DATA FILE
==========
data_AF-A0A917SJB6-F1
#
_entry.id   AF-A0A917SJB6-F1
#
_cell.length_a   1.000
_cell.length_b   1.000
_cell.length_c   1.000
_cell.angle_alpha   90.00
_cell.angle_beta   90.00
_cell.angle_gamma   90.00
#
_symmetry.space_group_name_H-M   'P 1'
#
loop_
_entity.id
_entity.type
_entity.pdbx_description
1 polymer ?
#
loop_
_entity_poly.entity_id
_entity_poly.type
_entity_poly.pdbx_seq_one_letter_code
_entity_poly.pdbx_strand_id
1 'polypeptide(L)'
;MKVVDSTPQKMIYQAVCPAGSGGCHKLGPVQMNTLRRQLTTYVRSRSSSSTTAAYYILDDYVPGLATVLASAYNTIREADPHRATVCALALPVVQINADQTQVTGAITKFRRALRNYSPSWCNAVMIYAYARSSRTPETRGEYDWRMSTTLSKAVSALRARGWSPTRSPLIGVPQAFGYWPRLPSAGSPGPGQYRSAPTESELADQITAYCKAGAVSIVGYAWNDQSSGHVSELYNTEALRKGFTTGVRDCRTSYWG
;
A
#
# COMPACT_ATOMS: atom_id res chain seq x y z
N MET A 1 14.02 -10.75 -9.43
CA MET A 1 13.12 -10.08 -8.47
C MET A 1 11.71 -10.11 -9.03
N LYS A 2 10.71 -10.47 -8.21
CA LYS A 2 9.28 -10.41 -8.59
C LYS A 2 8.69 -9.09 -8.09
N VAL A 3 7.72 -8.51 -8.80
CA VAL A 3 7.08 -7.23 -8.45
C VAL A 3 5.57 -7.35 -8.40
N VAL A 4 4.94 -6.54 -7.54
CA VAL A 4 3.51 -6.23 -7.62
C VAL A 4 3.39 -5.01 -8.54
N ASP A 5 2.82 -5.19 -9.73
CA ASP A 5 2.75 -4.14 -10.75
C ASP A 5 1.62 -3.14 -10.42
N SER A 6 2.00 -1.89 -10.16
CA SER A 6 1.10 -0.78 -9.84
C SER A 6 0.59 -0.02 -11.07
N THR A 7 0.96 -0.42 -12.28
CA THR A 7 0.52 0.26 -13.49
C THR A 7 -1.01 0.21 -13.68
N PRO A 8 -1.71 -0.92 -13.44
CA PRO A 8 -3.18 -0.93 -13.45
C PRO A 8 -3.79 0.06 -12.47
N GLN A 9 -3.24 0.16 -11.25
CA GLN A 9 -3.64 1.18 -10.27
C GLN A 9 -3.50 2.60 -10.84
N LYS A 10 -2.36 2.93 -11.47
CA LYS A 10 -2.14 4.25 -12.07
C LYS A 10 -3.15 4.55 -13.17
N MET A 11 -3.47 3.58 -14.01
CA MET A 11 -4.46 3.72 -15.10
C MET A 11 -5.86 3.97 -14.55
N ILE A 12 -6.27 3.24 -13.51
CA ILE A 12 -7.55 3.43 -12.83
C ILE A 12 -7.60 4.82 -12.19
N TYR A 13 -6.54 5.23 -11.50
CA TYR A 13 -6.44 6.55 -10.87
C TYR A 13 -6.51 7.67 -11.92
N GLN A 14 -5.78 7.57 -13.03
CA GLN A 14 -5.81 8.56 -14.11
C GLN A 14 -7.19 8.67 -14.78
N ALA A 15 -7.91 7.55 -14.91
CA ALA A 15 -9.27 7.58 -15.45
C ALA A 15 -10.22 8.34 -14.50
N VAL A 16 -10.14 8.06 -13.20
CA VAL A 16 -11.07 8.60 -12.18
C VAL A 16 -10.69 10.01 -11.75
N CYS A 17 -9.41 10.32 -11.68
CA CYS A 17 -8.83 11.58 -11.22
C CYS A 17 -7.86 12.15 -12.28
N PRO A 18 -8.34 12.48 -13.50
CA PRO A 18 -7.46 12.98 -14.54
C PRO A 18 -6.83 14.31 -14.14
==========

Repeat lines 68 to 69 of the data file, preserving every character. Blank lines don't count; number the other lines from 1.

CA TYR A 13 -6.44 6.55 -10.87
C TYR A 13 -6.51 7.67 -11.92